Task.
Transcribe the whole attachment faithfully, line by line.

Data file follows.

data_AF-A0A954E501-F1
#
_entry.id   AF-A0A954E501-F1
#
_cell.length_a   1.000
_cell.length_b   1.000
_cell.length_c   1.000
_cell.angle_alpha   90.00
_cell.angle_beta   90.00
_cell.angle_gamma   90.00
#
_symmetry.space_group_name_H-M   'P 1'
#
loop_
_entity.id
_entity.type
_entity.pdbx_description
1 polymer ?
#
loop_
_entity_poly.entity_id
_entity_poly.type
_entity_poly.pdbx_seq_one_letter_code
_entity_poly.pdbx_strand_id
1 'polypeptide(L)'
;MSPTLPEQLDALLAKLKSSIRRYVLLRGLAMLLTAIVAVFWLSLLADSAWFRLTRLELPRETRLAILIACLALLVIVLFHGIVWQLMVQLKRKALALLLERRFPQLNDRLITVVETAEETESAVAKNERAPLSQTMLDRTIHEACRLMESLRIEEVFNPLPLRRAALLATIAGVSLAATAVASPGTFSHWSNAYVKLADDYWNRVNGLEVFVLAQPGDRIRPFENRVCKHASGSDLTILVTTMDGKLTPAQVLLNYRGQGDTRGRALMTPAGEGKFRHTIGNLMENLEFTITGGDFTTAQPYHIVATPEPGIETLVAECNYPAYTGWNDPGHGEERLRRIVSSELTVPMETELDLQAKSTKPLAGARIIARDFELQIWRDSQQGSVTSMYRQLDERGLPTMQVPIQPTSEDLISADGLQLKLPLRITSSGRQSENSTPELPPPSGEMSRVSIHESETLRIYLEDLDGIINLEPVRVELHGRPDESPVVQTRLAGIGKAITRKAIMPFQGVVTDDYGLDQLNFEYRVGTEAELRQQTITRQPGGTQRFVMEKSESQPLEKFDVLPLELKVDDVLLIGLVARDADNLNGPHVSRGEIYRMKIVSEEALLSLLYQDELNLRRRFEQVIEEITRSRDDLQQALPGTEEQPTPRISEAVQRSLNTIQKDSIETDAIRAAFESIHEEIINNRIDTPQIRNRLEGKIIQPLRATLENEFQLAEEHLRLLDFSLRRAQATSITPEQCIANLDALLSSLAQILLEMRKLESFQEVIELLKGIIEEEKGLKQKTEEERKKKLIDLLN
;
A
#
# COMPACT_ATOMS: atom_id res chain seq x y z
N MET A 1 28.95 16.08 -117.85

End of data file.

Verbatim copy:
data_AF-A0A954E501-F1
#
_entry.id   AF-A0A954E501-F1
#
_cell.length_a   1.000
_cell.length_b   1.000
_cell.length_c   1.000
_cell.angle_alpha   90.00
_cell.angle_beta   90.00
_cell.angle_gamma   90.00
#
_symmetry.space_group_name_H-M   'P 1'
#
loop_
_entity.id
_entity.type
_entity.pdbx_description
1 polymer ?
#
loop_
_entity_poly.entity_id
_entity_poly.type
_entity_poly.pdbx_seq_one_letter_code
_entity_poly.pdbx_strand_id
1 'polypeptide(L)'
;MSPTLPEQLDALLAKLKSSIRRYVLLRGLAMLLTAIVAVFWLSLLADSAWFRLTRLELPRETRLAILIACLALLVIVLFHGIVWQLMVQLKRKALALLLERRFPQLNDRLITVVETAEETESAVAKNERAPLSQTMLDRTIHEACRLMESLRIEEVFNPLPLRRAALLATIAGVSLAATAVASPGTFSHWSNAYVKLADDYWNRVNGLEVFVLAQPGDRIRPFENRVCKHASGSDLTILVTTMDGKLTPAQVLLNYRGQGDTRGRALMTPAGEGKFRHTIGNLMENLEFTITGGDFTTAQPYHIVATPEPGIETLVAECNYPAYTGWNDPGHGEERLRRIVSSELTVPMETELDLQAKSTKPLAGARIIARDFELQIWRDSQQGSVTSMYRQLDERGLPTMQVPIQPTSEDLISADGLQLKLPLRITSSGRQSENSTPELPPPSGEMSRVSIHESETLRIYLEDLDGIINLEPVRVELHGRPDESPVVQTRLAGIGKAITRKAIMPFQGVVTDDYGLDQLNFEYRVGTEAELRQQTITRQPGGTQRFVMEKSESQPLEKFDVLPLELKVDDVLLIGLVARDADNLNGPHVSRGEIYRMKIVSEEALLSLLYQDELNLRRRFEQVIEEITRSRDDLQQALPGTEEQPTPRISEAVQRSLNTIQKDSIETDAIRAAFESIHEEIINNRIDTPQIRNRLEGKIIQPLRATLENEFQLAEEHLRLLDFSLRRAQATSITPEQCIANLDALLSSLAQILLEMRKLESFQEVIELLKGIIEEEKGLKQKTEEERKKKLIDLLN
;
A
#
# COMPACT_ATOMS: atom_id res chain seq x y z
N MET A 1 28.95 16.08 -117.85